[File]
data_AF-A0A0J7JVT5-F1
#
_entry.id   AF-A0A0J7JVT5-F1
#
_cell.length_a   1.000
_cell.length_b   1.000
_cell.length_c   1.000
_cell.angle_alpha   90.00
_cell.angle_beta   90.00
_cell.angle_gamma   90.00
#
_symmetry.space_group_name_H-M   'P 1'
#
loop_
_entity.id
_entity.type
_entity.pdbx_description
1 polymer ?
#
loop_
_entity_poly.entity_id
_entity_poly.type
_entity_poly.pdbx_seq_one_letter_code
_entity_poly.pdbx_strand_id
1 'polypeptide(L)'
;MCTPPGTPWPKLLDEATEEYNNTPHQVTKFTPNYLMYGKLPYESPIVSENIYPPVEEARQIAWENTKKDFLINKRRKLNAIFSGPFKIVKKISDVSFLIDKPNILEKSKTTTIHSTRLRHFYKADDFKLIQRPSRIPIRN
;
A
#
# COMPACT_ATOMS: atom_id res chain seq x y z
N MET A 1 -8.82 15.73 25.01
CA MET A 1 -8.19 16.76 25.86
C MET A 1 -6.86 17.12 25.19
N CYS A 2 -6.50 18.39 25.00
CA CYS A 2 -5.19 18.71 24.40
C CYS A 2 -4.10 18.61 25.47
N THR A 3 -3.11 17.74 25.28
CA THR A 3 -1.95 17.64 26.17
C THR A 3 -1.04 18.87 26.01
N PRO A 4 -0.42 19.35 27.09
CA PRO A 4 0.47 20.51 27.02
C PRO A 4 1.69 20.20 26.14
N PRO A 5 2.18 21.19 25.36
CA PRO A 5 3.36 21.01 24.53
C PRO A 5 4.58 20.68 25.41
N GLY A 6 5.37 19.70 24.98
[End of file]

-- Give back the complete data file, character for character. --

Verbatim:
data_AF-A0A0J7JVT5-F1
#
_entry.id   AF-A0A0J7JVT5-F1
#
_cell.length_a   1.000
_cell.length_b   1.000
_cell.length_c   1.000
_cell.angle_alpha   90.00
_cell.angle_beta   90.00
_cell.angle_gamma   90.00
#
_symmetry.space_group_name_H-M   'P 1'
#
loop_
_entity.id
_entity.type
_entity.pdbx_description
1 polymer ?
#
loop_
_entity_poly.entity_id
_entity_poly.type
_entity_poly.pdbx_seq_one_letter_code
_entity_poly.pdbx_strand_id
1 'polypeptide(L)'
;MCTPPGTPWPKLLDEATEEYNNTPHQVTKFTPNYLMYGKLPYESPIVSENIYPPVEEARQIAWENTKKDFLINKRRKLNAIFSGPFKIVKKISDVSFLIDKPNILEKSKTTTIHSTRLRHFYKADDFKLIQRPSRIPIRN
;
A
#
# COMPACT_ATOMS: atom_id res chain seq x y z
N MET A 1 -8.82 15.73 25.01
CA MET A 1 -8.19 16.76 25.86
C MET A 1 -6.86 17.12 25.19
N CYS A 2 -6.50 18.39 25.00
CA CYS A 2 -5.19 18.71 24.40
C CYS A 2 -4.10 18.61 25.47
N THR A 3 -3.11 17.74 25.28
CA THR A 3 -1.95 17.64 26.17
C THR A 3 -1.04 18.87 26.01
N PRO A 4 -0.42 19.35 27.09
CA PRO A 4 0.47 20.51 27.02
C PRO A 4 1.69 20.20 26.14
N PRO A 5 2.18 21.19 25.36
CA PRO A 5 3.36 21.01 24.53
C PRO A 5 4.58 20.68 25.41
N GLY A 6 5.37 19.70 24.98